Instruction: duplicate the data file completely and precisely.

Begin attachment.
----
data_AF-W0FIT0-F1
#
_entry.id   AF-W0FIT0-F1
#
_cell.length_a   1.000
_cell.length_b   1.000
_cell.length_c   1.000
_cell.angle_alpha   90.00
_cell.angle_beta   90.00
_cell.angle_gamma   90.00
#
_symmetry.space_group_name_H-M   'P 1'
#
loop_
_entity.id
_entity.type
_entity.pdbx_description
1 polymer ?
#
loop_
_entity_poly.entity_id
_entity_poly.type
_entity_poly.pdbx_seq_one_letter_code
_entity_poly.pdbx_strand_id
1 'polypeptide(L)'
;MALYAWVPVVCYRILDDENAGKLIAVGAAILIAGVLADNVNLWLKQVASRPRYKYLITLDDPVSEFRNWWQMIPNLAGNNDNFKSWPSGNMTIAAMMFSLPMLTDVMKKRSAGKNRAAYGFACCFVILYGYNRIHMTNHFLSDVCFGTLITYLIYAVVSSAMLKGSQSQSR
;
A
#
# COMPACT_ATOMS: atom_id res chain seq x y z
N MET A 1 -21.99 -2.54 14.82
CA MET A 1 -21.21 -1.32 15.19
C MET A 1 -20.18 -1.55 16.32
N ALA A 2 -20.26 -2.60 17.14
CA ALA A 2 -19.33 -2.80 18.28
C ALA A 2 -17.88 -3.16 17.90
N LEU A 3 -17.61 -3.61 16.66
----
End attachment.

data_AF-W0FIT0-F1
#
_entry.id   AF-W0FIT0-F1
#
_cell.length_a   1.000
_cell.length_b   1.000
_cell.length_c   1.000
_cell.angle_alpha   90.00
_cell.angle_beta   90.00
_cell.angle_gamma   90.00
#
_symmetry.space_group_name_H-M   'P 1'
#
loop_
_entity.id
_entity.type
_entity.pdbx_description
1 polymer ?
#
loop_
_entity_poly.entity_id
_entity_poly.type
_entity_poly.pdbx_seq_one_letter_code
_entity_poly.pdbx_strand_id
1 'polypeptide(L)'
;MALYAWVPVVCYRILDDENAGKLIAVGAAILIAGVLADNVNLWLKQVASRPRYKYLITLDDPVSEFRNWWQMIPNLAGNNDNFKSWPSGNMTIAAMMFSLPMLTDVMKKRSAGKNRAAYGFACCFVILYGYNRIHMTNHFLSDVCFGTLITYLIYAVVSSAMLKGSQSQSR
;
A
#
# COMPACT_ATOMS: atom_id res chain seq x y z
N MET A 1 -21.99 -2.54 14.82
CA MET A 1 -21.21 -1.32 15.19
C MET A 1 -20.18 -1.55 16.32
N ALA A 2 -20.26 -2.60 17.14
CA ALA A 2 -19.33 -2.80 18.28
C ALA A 2 -17.88 -3.16 17.90
N LEU A 3 -17.61 -3.61 16.66